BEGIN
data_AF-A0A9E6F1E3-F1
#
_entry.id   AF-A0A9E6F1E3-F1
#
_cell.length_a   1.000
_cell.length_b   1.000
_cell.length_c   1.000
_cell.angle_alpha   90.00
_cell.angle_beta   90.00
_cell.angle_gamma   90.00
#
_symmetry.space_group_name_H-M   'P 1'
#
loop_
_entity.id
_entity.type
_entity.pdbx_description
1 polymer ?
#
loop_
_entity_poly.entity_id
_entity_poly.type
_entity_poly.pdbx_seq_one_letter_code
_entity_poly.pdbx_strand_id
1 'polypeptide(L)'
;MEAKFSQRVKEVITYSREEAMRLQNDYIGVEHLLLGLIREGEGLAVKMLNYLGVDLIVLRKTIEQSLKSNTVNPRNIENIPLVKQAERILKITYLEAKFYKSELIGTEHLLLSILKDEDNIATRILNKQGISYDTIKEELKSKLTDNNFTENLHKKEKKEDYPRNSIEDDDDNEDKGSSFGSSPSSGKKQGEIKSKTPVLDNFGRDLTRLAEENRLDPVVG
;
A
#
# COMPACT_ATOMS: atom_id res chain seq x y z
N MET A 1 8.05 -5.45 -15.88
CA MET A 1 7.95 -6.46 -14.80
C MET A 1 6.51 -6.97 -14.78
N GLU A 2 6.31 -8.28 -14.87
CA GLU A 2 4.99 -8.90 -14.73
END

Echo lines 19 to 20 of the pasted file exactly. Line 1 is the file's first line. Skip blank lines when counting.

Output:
#
loop_